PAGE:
"Coverage" - a topic gaining importance

28 November 2013 —
The recent tragedy that struck in Sardinia, when many of the islanders saw their homes destroyed by floods, raised again the issue of putting in place a national legislation for compulsory insurance for damages caused by this kind of calamity. It is not the first time when a dramatic, catastrophic event puts this problem back on the public agenda. The same happened in 2009, after the L'Aquila earthquake. And still... the law doesn't exist yet and the share of the insured claims seems to be small enough not to arouse any interest for the public debates.

In fact, Italy is not the only example. While the natural catastrophes are causing greater damage all around the world, year after year, steps towards increasing the insurance coverage of properties are not taken with conviction. In this context, both in economic and human terms, "coverage", understood as a share of insured properties in the total number, becomes a crucial issue.

Why does coverage remain low, especially in the emerging markets? The reasons are numerous, starting from the lack of knowledge about insurance or the low purchasing power of the population, passing through the scarce offer of suitable insurance products and ending to the historical habit to rely on state aid, not to mention the large category of uninsurable properties. Unfortunately, the governments are less and less able to properly indemnify families hit by calamities, leaving them to manage on their own or to wait for charity.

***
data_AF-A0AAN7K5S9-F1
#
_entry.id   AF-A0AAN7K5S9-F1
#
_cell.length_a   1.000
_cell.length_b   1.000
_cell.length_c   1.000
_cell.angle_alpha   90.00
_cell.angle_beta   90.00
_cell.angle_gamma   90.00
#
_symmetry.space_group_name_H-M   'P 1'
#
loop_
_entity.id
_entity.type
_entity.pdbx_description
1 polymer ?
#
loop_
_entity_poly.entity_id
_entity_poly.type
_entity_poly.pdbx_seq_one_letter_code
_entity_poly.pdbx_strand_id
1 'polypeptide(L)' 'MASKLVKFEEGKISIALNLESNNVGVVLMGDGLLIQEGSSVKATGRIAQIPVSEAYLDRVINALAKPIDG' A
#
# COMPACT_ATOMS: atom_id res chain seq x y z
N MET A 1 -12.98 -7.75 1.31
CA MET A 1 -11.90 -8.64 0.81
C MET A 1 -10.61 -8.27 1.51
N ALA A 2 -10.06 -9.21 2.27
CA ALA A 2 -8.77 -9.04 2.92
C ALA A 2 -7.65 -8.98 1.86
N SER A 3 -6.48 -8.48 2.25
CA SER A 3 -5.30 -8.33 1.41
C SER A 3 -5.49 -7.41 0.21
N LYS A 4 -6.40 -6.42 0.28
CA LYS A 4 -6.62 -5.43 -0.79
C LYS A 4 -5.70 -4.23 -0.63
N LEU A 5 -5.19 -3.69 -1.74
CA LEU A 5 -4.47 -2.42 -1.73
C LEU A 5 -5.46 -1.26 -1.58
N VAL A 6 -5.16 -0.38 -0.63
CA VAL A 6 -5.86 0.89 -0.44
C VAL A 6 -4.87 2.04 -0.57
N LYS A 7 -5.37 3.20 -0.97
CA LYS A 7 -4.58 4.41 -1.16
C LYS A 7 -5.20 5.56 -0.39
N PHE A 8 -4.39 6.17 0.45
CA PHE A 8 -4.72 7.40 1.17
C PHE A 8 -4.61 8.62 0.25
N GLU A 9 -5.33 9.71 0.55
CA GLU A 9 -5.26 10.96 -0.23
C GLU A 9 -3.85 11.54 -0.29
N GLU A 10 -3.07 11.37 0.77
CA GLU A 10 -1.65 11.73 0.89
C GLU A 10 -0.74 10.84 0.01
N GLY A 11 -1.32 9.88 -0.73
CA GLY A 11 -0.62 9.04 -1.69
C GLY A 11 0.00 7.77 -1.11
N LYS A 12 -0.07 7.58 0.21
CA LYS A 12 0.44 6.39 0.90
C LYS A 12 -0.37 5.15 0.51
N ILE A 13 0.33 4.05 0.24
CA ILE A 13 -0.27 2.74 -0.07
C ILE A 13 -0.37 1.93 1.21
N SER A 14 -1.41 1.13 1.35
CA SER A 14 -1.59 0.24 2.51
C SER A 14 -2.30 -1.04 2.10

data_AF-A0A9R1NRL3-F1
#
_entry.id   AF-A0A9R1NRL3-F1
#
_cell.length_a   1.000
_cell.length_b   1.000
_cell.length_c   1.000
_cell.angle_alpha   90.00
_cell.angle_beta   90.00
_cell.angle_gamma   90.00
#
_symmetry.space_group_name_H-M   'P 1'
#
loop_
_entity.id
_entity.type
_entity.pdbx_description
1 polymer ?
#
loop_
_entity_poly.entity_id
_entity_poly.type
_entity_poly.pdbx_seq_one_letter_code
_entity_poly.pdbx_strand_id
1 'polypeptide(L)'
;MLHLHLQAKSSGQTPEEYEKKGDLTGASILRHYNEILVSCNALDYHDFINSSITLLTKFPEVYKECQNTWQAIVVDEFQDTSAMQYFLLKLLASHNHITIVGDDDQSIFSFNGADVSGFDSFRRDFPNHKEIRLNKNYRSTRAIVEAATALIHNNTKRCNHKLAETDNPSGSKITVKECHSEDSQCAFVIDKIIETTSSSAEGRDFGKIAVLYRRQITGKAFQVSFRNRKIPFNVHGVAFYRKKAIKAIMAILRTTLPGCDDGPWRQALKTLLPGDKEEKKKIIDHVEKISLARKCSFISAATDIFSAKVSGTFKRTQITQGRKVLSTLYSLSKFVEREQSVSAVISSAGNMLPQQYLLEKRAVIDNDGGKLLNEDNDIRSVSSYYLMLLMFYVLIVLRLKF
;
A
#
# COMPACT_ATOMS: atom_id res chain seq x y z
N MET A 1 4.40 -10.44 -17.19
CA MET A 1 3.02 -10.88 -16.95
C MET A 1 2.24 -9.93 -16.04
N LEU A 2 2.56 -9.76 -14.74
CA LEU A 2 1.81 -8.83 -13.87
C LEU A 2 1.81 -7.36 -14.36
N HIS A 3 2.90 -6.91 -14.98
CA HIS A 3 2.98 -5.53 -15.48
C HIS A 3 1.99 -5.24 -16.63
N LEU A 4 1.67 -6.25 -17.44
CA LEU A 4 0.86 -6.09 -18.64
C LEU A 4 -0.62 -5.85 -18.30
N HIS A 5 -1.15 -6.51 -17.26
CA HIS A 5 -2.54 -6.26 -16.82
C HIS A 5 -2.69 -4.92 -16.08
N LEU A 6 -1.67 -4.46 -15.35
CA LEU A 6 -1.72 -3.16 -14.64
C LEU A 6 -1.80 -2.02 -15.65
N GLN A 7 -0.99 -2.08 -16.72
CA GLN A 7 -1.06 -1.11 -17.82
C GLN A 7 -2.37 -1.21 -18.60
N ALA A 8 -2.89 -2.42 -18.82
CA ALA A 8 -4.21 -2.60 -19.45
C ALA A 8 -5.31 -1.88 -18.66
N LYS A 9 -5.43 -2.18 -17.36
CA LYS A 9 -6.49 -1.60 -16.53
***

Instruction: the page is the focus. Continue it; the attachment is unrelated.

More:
Are the compulsory insurance schemes the right solution? The experiences provided by currently existing systems cannot justify a firm answer, unless taking into consideration the idea that a solution, be it only partial, is better than no solution at all. Therefore the issue needs a closer consideration, at least comparable to the one given to the MTPL penetration degree.

Is "coverage" becoming the fundamental question in the CAT insurance field? For sure, if not the fundamental, it will be at least one of the most important.

See you online,

Daniela GHETU

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